There are many unnamed heroes walking on this earth without even being recognized for their heroic actions. Of course, I am not talking about the Ninja Turtles that hide in the dark to protect the beloved New York from all possible villains, but one individual who finally comes out of the shadows capable of saving one hundred and fifty-five lives with no need of a single gun in his hand – the US Airway pilot Chesley ‘Sully’ Sullenberger.
Clint Eastwood’s Sully follows the event which occurred back in January 15, 2009 when airline captain, Chesley Sullenberger III overnight turns into a national hero after a successful emergency landing of an airplane in the Hudson River. Despite knowing many facts about the miraculous day, the film evolves around the untold part of the story when the investigation committee had to determine whether the decision made by the pilot was the wrong or right thing to do in order to save people’s lives.
The film begins with Sully’s (Tom Hanks) nightmare, where he helplessly watches how his airplane crashes. But once he wakes up, you see that, we are taken a few days forward when Sully and the second pilot Jeff Skiles (Aaron Eckhart) try to handle an extreme interest from media, as well as defending their action in a very difficult situation. The feeling or, rather, the fear that you may miss in the film is one of the most impossible thing that ever happened in the aviation history, moments when captain decides to land the plane in the Hudson River, quickly disappears.
As the story unfolds, you find cleverly executed narrative where you get a chance to observe the landing in the Hudson river from three different perspectives, which, I am afraid, I can’t say much to not give away an important structure of Sully, Eastwood chooses to follow. But trust me, it is worth keeping away from you, for you to admire it as you watch it endlessly. However, if you ever had a chance to listen to a real conversation between the pilot and dispatcher, then I am sure you will be thankful for having a great cast, who handles a sensitive moment in a way, in case you’re a New Yorker, will be proud of.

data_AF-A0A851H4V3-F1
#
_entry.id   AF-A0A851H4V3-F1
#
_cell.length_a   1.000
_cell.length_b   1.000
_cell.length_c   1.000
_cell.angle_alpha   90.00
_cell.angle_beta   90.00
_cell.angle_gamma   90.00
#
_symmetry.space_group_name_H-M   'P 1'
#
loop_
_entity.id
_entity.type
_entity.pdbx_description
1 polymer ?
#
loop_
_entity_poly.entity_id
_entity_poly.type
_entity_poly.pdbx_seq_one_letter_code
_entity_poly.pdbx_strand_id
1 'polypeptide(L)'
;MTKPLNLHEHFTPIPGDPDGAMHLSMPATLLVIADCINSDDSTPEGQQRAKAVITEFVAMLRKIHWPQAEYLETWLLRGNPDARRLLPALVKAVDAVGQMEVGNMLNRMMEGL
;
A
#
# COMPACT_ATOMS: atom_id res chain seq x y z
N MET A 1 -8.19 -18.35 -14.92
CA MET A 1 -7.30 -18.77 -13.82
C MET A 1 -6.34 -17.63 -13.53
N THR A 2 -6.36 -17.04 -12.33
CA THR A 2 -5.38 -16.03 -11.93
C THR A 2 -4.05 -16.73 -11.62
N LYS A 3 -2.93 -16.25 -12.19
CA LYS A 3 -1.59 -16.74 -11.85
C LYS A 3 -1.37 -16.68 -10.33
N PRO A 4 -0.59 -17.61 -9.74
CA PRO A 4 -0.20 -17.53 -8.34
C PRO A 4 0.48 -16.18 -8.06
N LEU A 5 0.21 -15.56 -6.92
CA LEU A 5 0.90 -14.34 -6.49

The film, of course, touches a different side of the story that happens right after when a decision should have been made, and simulator were used to determine if Sully was right by sending the multi-million jet on the river to save lives. Those scenes, when the pilots try to simulate the exact steps performed by the pilots is truly priceless and a true indication of that, by making one critical decision out of millions is important when it’s needed most – which Sully does with confidence.
In conclusion, Sully is one of those films that will make you feel proud of living in the time when someone like Chesley ‘Sully’ Sullenberger does anything possible to save the passenger’s life. It’s a film which will help you to restructure your actions or rebuild yourself to become a better human being the way we all want to be. Tom Hanks as Sully is impeccable. Aaron Eckhart’s solid performance brings Jeff Skiles well-deserved recognition, as someone who any of us could rely on him our lives.
Clint Eastwood, which is impossible not to mention here, originally from California, directs his film as a real New Yorker, with love, respect and admiration by telling the story of “the miracle in the Hudson” in a way you could not imagine otherwise. Everything about Sully is moving and profound by showing that any of you can end up to be a subject of the film – for that, you don’t need to land the airplane safely, but to give a hand in when it needs most – the way best of New York did within 25 minutes.